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Mongan, Deirdre (2015) Alcohol Action Ireland conference. Drugnet Ireland , Issue 54, Summer 2015 , p. 2.

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Alcohol Action Ireland held their conference Girls, women and alcohol: The changing nature of female alcohol consumption in Ireland on 21 April 2015 in Dublin. International and Irish speakers examined the factors influencing the changing culture of drinking among Irish girls and women, and the harms they are experiencing as a result. 1

Katherine Brown, director of the Institute of Alcohol Studies in the UK, described the changes in female alcohol consumption, from having a large role in the temperance movement to the ‘ladette’ drinking culture in the 1990s, and the recent rise of ‘mummy’s wine time’, whereby wine is now a socially acceptable coping mechanism for women trying to balance work and home life. She said we now live in an ‘alcogenic environment’, and outlined the role that marketing to women by the alcohol industry had played: alcohol is marketed to women as glamorous, sophisticated, feminine, sexy, often placed alongside lipstick, handbags and shoes.

Lucy Rocca, author and founder of Soberistas.com, spoke about her own experiences with alcohol. She described how she previously considered an alcoholic as someone who started drinking at 7am, not a ‘normal woman’ like her with a ‘job and a nice house in the suburbs’. When she ended up in a hospital bed after a night’s drinking, she decided to quit drinking and subsequently founded Soberistas.com, a non-religious, peer support online resource for women with alcohol dependency issues. Within a year more than 20,000 people had signed up to the site, many from Ireland.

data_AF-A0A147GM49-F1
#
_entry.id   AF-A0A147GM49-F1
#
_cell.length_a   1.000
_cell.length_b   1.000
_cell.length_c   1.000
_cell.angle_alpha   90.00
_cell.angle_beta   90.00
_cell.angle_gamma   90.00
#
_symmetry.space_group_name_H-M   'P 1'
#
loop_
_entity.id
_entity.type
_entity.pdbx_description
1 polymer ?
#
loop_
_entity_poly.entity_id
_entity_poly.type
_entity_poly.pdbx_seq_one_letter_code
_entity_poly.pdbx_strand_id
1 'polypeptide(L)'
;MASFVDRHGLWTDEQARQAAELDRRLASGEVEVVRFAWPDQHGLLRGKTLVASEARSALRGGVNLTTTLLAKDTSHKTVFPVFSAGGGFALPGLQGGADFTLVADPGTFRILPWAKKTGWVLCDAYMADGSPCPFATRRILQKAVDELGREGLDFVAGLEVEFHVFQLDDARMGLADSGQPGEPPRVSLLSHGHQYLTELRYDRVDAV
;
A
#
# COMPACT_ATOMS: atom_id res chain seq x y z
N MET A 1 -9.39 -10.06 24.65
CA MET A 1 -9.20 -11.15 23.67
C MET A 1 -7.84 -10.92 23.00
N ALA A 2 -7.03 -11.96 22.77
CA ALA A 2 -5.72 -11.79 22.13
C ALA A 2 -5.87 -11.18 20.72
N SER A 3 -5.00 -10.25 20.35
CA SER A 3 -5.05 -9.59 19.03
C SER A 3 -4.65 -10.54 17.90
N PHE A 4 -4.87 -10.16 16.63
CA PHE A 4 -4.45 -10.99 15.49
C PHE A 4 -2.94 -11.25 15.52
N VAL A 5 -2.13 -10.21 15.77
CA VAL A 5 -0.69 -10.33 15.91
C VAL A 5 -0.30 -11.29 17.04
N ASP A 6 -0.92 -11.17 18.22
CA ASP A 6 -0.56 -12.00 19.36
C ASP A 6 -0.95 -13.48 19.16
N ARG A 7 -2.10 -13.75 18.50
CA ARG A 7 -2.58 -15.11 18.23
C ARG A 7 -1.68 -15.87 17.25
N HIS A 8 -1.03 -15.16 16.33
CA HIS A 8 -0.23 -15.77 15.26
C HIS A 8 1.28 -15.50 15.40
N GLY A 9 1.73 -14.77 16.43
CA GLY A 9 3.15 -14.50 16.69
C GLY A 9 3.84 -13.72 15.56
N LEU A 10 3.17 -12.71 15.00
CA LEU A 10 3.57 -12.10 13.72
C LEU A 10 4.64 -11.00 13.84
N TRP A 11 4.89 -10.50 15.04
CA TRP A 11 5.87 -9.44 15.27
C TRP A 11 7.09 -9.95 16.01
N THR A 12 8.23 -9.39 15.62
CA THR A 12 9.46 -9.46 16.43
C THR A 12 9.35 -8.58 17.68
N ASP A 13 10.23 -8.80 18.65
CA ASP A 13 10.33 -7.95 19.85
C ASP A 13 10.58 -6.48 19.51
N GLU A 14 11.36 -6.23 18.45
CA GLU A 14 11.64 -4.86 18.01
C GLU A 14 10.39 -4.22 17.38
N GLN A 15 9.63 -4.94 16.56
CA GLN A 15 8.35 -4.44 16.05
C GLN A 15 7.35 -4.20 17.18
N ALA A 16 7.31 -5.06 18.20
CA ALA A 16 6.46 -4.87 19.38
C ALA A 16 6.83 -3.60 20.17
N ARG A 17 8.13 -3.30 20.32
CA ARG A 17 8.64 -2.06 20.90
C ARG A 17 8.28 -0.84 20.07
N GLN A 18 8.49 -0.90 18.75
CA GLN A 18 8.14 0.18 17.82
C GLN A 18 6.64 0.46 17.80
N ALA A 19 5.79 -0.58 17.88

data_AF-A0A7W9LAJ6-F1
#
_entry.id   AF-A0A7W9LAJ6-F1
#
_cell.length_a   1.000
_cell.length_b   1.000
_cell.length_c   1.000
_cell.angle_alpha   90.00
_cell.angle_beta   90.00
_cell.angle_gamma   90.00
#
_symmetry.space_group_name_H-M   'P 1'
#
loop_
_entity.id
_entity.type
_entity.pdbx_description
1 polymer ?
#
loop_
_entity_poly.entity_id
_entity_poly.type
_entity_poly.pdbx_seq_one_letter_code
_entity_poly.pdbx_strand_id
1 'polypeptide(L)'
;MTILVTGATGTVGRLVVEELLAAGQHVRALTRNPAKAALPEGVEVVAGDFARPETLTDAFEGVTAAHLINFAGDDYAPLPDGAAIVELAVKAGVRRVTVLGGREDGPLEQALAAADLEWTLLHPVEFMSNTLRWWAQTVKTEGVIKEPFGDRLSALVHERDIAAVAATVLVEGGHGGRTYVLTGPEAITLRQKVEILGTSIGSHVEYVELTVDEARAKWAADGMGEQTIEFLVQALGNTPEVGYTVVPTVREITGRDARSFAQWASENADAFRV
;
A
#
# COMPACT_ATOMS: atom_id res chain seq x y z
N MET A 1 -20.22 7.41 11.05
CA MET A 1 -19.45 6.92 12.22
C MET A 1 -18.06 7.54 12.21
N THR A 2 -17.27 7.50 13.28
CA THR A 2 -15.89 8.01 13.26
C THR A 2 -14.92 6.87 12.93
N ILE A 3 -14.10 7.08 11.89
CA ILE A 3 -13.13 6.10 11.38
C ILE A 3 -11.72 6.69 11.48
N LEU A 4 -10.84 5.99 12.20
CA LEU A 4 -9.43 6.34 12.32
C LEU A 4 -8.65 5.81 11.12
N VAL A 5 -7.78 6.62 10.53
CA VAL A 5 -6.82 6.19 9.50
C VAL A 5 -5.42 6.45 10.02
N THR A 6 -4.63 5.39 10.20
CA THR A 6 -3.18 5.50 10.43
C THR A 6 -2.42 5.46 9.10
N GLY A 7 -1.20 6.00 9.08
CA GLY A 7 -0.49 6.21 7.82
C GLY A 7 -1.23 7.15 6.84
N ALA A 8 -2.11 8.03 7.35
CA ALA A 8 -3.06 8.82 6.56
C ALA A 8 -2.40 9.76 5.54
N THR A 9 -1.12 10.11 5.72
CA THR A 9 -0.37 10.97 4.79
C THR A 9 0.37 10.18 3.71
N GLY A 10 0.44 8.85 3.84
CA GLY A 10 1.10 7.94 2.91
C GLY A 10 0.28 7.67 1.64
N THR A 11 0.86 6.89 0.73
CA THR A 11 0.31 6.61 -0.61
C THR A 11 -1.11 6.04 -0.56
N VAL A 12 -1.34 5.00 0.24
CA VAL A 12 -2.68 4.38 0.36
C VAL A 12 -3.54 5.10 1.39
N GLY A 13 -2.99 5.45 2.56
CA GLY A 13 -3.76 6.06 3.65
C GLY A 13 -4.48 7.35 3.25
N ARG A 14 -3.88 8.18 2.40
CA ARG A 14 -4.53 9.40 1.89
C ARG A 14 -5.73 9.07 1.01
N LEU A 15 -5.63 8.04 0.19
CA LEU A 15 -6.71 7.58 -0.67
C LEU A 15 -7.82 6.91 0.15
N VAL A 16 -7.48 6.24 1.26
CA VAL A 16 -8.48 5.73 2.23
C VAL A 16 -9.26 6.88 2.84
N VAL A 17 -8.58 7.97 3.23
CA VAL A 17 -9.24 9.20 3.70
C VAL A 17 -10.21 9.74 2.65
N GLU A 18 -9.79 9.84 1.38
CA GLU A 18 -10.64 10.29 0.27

Ann Dowsett Johnston, alcohol policy advocate and author of Drink: the intimate relationship between women and alcohol, said that women need to start thinking about their relationship with alcohol. Women tend to use alcohol to self-medicate and turn to alcohol rather than seek help for depression and anxiety. She stated that alcohol is too cheap, too accessible and too heavily marketed.

Clíona Saidléar, executive director of the Rape Crisis Network of Ireland, highlighted the link between alcohol and sexual violence. She said there needed to be a refocus on the perpetrator of such violence and a move away from victim-blaming. She also spoke about the issue of consent and the difficulties in negotiating consent when alcohol is involved.

Dr Triona McCarthy, consultant in public health medicine with the HSE’s National Cancer Control Programme, spoke about the link between alcohol and cancer. She said that breast tissue is particularly susceptible to alcohol-related cancer and that women who drink a small glass of wine every day increase their risk of getting breast cancer by 7–10%.

Dr Orla Crosbie, consultant gastroenterologist at Cork University Hospital, talked about the link between alcohol and liver disease. Liver cirrhosis is no longer a disease generally seen only in older Irish men; 40% of Dr Crosbie’s patients with the condition are female and many of these are mothers with just a short time to live. (Deirdre Mongan)

The presentations may be viewed at http://alcoholireland.ie/girls-women-and-alcohol-the-presentations/#sthash.WM9snKrt.dpuf

Item Type
Article
Issue Title
Date
July 2015
Page Range
p. 2
Publisher
Health Research Board
Volume
Issue 54, Summer 2015
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